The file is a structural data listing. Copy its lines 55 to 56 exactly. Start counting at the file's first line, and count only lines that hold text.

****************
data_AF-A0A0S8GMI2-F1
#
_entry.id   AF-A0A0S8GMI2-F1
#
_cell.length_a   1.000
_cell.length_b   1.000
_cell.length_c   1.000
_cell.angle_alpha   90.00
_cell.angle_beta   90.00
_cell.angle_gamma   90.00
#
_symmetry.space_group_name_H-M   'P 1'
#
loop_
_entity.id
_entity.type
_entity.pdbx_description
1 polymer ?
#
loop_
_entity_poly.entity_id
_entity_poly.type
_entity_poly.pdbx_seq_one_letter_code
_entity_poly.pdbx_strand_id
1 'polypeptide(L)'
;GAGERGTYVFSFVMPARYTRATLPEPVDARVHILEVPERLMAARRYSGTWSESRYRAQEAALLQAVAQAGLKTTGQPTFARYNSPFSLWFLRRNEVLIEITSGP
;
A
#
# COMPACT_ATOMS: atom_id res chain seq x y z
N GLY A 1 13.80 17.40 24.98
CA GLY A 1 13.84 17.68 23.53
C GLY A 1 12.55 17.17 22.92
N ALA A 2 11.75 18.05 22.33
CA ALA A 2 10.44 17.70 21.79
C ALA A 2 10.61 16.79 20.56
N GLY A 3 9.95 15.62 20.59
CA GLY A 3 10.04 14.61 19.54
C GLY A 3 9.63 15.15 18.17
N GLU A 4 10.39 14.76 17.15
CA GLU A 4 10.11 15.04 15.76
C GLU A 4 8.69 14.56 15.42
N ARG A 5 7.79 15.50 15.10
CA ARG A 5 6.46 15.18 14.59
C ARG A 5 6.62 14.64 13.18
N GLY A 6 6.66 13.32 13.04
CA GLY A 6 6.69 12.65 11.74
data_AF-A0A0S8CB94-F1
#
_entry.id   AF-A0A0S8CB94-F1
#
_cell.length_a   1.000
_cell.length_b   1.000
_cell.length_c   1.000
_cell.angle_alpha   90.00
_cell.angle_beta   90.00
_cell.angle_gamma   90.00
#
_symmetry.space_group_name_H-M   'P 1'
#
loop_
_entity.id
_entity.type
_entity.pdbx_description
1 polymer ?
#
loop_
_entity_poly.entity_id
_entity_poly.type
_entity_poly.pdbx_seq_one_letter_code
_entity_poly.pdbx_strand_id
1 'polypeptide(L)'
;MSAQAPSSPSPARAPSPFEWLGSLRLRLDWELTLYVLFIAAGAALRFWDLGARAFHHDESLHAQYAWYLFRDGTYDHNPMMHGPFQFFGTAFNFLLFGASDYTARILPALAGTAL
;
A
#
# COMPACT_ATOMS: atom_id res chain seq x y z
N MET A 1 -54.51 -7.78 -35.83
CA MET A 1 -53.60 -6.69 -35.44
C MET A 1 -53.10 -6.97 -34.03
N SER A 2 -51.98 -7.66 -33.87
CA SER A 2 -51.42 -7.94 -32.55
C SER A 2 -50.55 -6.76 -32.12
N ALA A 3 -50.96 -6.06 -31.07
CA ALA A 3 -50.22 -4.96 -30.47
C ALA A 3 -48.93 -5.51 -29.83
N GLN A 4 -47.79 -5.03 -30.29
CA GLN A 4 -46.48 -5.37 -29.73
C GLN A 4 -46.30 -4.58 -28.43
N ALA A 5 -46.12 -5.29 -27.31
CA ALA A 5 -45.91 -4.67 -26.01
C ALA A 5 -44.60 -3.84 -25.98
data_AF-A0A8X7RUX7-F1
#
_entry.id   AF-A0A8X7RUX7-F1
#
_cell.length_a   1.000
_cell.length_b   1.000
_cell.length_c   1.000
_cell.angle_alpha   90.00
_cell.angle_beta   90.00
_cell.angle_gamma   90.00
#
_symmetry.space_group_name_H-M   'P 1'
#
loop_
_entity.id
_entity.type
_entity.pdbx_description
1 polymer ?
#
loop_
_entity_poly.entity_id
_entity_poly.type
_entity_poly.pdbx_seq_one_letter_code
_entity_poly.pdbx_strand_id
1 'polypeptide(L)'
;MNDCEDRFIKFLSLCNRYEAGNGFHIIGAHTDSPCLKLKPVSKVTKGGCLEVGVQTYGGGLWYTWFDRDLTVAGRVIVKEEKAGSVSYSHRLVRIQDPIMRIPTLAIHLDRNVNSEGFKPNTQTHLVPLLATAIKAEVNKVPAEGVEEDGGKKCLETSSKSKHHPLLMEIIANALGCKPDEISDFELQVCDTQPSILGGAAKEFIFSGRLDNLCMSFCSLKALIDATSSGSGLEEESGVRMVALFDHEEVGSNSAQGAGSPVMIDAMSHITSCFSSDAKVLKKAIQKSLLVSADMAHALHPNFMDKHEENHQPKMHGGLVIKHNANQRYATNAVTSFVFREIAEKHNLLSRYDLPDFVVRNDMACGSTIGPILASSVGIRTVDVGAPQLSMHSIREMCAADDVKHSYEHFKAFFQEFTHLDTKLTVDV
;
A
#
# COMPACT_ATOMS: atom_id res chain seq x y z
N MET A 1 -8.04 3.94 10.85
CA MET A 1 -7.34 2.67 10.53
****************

_cell.angle_alpha   90.00
_cell.angle_beta   90.00